I don't blame Flanders for taking the money. It's the game that needs to change not the players. Most people including myself play the hand I am dealt the best I can. And I can't blame people for doing the same. I only blame the people that make the rules and break the rules.

Share this post


Link to post
Share on other sites

Thanks for posting. It was the best edition of the Keiser Report that I've seen in a while.

Some astonishing figures on home ownership.

14.3 million homeowners, but just 1.5 million are 34 or under! And just 16,000 in the 18-24 age group.

The 16,000 figure is very surprising, it is roughly equivalent to the population that are now over 100 years old. Back in the 80s living to one hundred was an impossible dream and buying a house before 24 was a given if you wanted to.....21 in my case. Now it appears that the house is becoming an impossible dream in your early 20s and living to a 100 might one day be a given. It used to be affordable houses before health in the Government priorities.....but now the policy priorities are unaffordable housing (to protect equity) and the Health Service........guess whose health and whose equity.

Share this post


Link to post
Share on other sites

The 16,000 figure is very surprising, it is roughly equivalent to the population that are now over 100 years old. Back in the 80s living to one hundred was an impossible dream and buying a house before 24 was a given if you wanted to.....21 in my case. Now it appears that the house is becoming an impossible dream in your early 20s and living to a 100 might one day be a given. It used to be affordable houses before health in the Government priorities.....but now the policy priorities are unaffordable housing (to protect equity) and the Health Service........guess whose health and whose equity.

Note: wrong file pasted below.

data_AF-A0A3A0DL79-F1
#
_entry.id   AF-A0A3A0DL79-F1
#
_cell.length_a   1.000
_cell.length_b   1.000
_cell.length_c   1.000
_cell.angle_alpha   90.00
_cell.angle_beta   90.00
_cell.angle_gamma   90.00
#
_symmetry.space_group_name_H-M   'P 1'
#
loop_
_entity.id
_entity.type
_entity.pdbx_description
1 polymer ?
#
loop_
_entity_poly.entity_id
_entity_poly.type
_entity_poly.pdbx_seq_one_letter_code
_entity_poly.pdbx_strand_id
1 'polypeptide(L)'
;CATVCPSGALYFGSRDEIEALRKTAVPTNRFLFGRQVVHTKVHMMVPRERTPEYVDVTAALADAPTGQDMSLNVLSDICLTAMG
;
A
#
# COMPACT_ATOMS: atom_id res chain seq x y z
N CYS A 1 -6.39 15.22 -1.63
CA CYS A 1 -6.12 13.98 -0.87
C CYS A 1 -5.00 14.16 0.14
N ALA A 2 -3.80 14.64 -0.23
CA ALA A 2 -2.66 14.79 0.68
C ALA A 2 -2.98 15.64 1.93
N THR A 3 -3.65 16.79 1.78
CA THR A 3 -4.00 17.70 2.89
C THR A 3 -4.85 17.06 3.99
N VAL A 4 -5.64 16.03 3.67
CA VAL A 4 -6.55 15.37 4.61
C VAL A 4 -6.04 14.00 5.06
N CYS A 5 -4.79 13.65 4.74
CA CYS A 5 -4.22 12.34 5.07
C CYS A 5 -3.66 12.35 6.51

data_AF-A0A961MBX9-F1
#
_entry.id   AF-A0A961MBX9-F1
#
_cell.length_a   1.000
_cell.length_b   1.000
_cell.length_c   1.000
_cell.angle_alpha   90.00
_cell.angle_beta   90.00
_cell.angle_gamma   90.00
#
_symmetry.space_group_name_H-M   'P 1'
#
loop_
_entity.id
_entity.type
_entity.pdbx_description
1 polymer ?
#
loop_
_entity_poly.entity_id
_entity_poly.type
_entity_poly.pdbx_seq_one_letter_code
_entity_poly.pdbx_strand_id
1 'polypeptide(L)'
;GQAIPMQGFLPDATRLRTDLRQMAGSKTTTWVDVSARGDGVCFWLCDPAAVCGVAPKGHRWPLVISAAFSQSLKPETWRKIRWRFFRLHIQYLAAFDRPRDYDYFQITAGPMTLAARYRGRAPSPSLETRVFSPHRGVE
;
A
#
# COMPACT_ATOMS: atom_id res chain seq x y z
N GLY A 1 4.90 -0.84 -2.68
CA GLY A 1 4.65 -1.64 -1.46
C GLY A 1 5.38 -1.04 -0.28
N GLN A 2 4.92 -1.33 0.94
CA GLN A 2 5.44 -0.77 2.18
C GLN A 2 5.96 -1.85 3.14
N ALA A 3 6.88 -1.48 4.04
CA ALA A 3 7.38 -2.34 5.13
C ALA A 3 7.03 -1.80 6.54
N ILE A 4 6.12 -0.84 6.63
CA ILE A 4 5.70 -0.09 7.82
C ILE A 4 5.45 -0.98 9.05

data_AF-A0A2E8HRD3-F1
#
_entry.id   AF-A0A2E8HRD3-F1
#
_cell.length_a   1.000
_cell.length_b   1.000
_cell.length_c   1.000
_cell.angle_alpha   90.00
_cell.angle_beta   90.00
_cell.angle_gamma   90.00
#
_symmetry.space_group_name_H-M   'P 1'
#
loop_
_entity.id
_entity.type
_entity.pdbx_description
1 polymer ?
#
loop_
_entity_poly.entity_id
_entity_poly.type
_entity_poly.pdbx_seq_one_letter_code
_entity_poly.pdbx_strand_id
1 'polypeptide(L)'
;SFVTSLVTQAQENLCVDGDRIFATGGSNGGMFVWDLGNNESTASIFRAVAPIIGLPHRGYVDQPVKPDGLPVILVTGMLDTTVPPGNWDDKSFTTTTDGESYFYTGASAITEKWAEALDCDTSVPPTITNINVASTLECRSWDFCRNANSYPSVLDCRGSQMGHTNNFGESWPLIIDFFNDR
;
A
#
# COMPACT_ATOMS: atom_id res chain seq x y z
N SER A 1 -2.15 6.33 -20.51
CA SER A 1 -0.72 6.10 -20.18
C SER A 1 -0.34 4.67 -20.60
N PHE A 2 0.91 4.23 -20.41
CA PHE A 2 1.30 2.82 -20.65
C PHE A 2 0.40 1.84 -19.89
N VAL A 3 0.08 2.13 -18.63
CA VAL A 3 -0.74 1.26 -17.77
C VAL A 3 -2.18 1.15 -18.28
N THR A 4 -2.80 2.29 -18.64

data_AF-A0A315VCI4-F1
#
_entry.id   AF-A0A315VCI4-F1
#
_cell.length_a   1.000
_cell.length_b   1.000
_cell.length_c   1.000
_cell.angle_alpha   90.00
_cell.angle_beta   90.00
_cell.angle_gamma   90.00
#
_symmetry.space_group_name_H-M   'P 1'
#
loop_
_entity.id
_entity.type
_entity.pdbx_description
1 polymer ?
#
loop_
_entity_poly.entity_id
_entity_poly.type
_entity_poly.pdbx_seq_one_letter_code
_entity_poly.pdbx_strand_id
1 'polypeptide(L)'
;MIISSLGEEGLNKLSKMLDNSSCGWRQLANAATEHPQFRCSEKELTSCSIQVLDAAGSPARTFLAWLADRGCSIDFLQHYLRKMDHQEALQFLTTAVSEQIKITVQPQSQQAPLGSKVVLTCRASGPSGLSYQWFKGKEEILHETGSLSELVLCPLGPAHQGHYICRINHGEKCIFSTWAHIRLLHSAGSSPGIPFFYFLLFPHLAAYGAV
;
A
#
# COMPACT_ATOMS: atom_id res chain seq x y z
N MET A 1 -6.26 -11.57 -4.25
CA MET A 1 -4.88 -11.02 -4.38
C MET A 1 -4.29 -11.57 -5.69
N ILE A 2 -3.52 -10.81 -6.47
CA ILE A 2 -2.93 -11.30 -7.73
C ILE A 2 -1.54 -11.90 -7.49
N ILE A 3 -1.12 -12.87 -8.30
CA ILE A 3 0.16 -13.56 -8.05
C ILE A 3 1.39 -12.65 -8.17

Just checked it's 96,000 still very low 2 minutes 50 seconds in.

Share this post


Link to post
Share on other sites

It's always a good show. Easily the best financial show on TV. The guests and discussions are things you just never see on the BBC/Sky etc.

Share this post


Link to post
Share on other sites

It's always a good show. Easily the best financial show on TV. The guests and discussions are things you just never see on the BBC/Sky etc.

I think rt's boom bust is better than Keiser. Max is an intelligent guy but he plays to the gallery.

Share this post


Link to post
Share on other sites

He sems like a guy who thinks he is funny and entertaining and just needs to open his mouth and funny entertainingness will ensue, but actually it's just painfully embarrassing drivel. Reminds me of Jonathon Ross.

Not referring to the actual factual and analytical content, which seems reasonably coherent, but could have been covered in a two minute report

Share this post


Link to post
Share on other sites